By Aaron Ziulkowski
From the Winter 2013 Edition of Values
This year Walden has redoubled its longstanding efforts to engage companies on climate change. Scientific understanding points increasingly to the urgency needed in tackling climate change challenges—and business understanding points increasingly to opportunities in doing so.
A Great Challenge
A leaked draft of the second working group’s report, which focuses on the impact of climate change and adaptation efforts, came with the sobering message that global warming could reduce agricultural production by as much as 2 percent each decade for the rest of the century, just as the world population is projected to grow to 9.6 billion in 2050, from 7.2 billion today.
And in early November 2013, analysis by the United Nations Environmental Program found that global voluntary pledges to reduce emissions need to nearly double in order to have a reasonable chance of avoiding the most severe consequences of climate change.
A Compelling Opportunity
Confronting climate change need not be synonymous with constraining growth. A strong business case supports action on climate change that includes managing the financial, regulatory, reputational, and physical risks, as well as potentially realizing operational efficiencies leading to significant cost savings.
In May 2013, members of the Ceres-led Business for Innovative Climate & Energy Policy network launched the Climate Declaration. More than 500 businesses—including major companies like General Motors, Microsoft, and Nike—signed the Climate Declaration, which calls for action on climate change and notes that tackling climate change presents one of the greatest economic opportunities of the 21st century.
Emerging research backs up these public claims. In The 3% Solution: Driving Profits Through Carbon Reduction, CDP and the World Wildlife Fund find that U.S. companies could reduce emissions three percent annually between now and 2020 and save up to $780 billion net present value. In a study of 386 U.S. companies in the S&P 500, CDP also found that 79 percent of companies “earn a higher return on their carbon reduction investments than on their overall corporate capital investments.”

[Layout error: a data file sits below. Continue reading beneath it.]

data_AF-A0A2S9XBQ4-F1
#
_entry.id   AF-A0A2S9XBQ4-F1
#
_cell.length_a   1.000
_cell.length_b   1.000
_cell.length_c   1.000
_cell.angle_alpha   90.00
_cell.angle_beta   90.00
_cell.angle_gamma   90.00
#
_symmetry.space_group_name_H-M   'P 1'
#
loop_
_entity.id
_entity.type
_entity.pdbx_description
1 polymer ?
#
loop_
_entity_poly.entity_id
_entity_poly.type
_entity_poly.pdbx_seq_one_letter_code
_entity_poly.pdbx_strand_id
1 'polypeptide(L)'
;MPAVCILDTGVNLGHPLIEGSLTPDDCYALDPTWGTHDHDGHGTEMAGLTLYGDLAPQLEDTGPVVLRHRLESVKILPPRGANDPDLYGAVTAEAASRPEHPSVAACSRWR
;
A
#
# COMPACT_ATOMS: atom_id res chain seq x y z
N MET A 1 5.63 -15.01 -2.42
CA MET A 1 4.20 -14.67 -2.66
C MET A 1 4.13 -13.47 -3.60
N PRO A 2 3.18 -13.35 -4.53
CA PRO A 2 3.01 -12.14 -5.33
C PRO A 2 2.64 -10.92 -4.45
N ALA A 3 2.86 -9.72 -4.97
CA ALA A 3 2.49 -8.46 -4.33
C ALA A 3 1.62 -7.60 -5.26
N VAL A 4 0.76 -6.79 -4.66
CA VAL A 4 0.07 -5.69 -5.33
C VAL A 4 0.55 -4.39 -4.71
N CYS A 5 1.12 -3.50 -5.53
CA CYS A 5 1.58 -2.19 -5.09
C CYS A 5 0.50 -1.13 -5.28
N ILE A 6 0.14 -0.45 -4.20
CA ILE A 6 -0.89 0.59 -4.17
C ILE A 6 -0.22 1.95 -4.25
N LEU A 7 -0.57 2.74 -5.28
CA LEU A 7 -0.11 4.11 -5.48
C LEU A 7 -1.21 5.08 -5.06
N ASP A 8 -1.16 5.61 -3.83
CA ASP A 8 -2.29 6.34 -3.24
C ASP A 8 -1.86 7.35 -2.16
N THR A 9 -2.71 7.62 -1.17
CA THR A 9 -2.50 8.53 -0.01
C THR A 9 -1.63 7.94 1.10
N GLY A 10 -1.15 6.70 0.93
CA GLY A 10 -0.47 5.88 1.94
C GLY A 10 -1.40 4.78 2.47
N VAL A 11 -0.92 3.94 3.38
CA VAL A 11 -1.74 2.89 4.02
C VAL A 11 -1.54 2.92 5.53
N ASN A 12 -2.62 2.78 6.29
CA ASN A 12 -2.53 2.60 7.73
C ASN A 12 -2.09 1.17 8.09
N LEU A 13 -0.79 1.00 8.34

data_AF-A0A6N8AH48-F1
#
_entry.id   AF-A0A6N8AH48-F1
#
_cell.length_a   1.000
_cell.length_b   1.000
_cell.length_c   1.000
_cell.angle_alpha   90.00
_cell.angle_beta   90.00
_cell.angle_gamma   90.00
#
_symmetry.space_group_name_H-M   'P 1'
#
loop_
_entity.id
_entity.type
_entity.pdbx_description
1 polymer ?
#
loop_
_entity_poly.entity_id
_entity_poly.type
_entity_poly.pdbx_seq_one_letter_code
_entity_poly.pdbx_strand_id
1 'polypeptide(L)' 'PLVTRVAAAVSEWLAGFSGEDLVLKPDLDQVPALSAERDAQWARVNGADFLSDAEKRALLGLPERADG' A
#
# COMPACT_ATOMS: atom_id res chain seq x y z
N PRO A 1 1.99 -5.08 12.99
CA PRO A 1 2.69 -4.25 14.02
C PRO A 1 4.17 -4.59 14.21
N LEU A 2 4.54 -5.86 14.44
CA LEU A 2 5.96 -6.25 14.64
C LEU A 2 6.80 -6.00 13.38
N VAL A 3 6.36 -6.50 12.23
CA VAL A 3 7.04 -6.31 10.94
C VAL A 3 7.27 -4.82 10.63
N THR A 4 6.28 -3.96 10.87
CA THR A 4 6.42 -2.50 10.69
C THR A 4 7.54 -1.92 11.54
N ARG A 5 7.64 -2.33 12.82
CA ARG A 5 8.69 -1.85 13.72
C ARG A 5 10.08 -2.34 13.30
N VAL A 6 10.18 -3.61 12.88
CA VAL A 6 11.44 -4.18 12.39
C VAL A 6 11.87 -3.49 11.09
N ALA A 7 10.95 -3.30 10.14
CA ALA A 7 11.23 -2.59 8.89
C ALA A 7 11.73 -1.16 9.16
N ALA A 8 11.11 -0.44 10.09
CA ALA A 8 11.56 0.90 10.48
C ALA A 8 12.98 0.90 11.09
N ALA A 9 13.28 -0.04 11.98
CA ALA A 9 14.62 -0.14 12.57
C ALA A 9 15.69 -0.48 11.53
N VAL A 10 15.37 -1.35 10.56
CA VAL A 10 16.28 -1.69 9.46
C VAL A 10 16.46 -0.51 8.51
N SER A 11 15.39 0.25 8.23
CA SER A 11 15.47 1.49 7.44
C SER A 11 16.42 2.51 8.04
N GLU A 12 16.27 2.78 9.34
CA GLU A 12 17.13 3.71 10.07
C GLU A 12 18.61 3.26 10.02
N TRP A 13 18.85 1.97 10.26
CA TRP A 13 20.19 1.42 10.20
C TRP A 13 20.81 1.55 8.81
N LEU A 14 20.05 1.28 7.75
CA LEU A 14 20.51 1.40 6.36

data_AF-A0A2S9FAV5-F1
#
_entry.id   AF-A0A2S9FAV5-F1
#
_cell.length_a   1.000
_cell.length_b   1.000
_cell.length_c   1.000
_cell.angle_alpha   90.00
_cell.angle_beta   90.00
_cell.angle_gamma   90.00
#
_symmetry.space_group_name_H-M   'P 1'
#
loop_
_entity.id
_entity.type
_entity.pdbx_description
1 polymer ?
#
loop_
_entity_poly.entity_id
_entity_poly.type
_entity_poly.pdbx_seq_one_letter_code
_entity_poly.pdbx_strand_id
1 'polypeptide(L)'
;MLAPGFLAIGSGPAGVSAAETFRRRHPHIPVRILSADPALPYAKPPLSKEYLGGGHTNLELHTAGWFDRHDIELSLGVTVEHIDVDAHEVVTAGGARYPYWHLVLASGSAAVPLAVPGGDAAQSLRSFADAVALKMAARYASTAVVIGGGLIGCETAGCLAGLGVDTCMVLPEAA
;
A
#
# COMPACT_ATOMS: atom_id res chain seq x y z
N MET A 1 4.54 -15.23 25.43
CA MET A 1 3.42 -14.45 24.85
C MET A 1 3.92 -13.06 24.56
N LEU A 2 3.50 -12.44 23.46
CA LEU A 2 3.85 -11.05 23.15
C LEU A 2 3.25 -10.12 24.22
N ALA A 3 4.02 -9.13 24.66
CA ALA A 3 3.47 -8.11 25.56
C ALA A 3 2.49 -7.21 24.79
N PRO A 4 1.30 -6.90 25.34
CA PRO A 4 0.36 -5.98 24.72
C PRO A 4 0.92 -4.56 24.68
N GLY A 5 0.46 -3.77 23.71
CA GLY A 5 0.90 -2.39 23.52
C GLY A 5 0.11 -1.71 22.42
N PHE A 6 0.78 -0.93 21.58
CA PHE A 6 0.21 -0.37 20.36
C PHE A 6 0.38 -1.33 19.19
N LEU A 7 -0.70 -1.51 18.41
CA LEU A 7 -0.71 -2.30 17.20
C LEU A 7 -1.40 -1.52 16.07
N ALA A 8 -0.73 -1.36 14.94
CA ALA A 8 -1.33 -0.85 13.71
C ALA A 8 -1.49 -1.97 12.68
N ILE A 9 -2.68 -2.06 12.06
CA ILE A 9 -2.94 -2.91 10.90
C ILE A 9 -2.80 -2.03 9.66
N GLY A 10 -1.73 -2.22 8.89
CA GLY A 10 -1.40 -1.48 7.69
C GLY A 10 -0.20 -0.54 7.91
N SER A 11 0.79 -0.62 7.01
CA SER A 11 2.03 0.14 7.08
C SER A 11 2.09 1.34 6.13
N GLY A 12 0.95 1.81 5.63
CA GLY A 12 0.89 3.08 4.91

This year, we analyzed the climate strategies of all large cap portfolio companies. While we found that a representative Walden client portfolio is approximately 30 percent more carbon-efficient than the S&P 500, utilizing data provided by Trucost, corporate practices were not commensurate with the challenges and opportunities at hand. Specifically, we looked for science-based understanding of the challenge and the response needed; specific goals and targets to reduce greenhouse gas emissions, increase energy efficiency, and source renewable energy; and alignment of public policy with the reality of climate change and the imperative to act now.
We found that just over half of the companies in the portfolio had greenhouse gas or renewable goals, while nearly 60 percent responded to the CDP climate survey, which asks companies to disclose their approach to addressing climate change. The results demonstrate there is plenty of room for improvement. Hence, Walden prioritized engagement with three categories of companies: “influencers,” “learners,” and “leaders.” We asked over 30 companies to take the following steps:
- Establish a policy on how to manage risk related to climate change, including setting goals and targets. We recommend the IPCC target of 50 percent global reduction of CO2 by 2050, entailing an 80 percent decrease in the United States.
- Disclose the company’s strategy to address climate change and its progress meeting goals.
- Ensure that public policy and lobbying activity are aligned with forward-looking policy on climate change.
This engagement effort is just one of many approaches we and likeminded investors are pursuing this year (see Research & Engagement in Action). We look forward to providing updates in the coming months.